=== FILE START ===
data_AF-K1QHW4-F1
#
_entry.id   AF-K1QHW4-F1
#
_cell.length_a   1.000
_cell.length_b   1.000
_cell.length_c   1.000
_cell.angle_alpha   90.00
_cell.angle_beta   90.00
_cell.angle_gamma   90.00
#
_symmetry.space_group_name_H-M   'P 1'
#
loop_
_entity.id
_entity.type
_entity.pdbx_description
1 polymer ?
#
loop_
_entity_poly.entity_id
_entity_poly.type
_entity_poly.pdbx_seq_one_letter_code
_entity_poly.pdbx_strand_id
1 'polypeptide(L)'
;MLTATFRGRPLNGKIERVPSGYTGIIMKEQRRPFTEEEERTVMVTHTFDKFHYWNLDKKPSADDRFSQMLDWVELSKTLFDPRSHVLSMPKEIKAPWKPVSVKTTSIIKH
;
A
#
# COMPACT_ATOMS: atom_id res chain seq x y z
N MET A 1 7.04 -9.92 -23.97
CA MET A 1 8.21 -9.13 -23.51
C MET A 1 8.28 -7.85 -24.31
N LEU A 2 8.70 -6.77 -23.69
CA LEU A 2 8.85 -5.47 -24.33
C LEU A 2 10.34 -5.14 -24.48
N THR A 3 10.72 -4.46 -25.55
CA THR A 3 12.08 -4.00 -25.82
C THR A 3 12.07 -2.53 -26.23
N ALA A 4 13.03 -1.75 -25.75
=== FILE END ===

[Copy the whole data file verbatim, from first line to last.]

data_AF-K1QHW4-F1
#
_entry.id   AF-K1QHW4-F1
#
_cell.length_a   1.000
_cell.length_b   1.000
_cell.length_c   1.000
_cell.angle_alpha   90.00
_cell.angle_beta   90.00
_cell.angle_gamma   90.00
#
_symmetry.space_group_name_H-M   'P 1'
#
loop_
_entity.id
_entity.type
_entity.pdbx_description
1 polymer ?
#
loop_
_entity_poly.entity_id
_entity_poly.type
_entity_poly.pdbx_seq_one_letter_code
_entity_poly.pdbx_strand_id
1 'polypeptide(L)'
;MLTATFRGRPLNGKIERVPSGYTGIIMKEQRRPFTEEEERTVMVTHTFDKFHYWNLDKKPSADDRFSQMLDWVELSKTLFDPRSHVLSMPKEIKAPWKPVSVKTTSIIKH
;
A
#
# COMPACT_ATOMS: atom_id res chain seq x y z
N MET A 1 7.04 -9.92 -23.97
CA MET A 1 8.21 -9.13 -23.51
C MET A 1 8.28 -7.85 -24.31
N LEU A 2 8.70 -6.77 -23.69
CA LEU A 2 8.85 -5.47 -24.33
C LEU A 2 10.34 -5.14 -24.48
N THR A 3 10.72 -4.46 -25.55
CA THR A 3 12.08 -4.00 -25.82
C THR A 3 12.07 -2.53 -26.23
N ALA A 4 13.03 -1.75 -25.75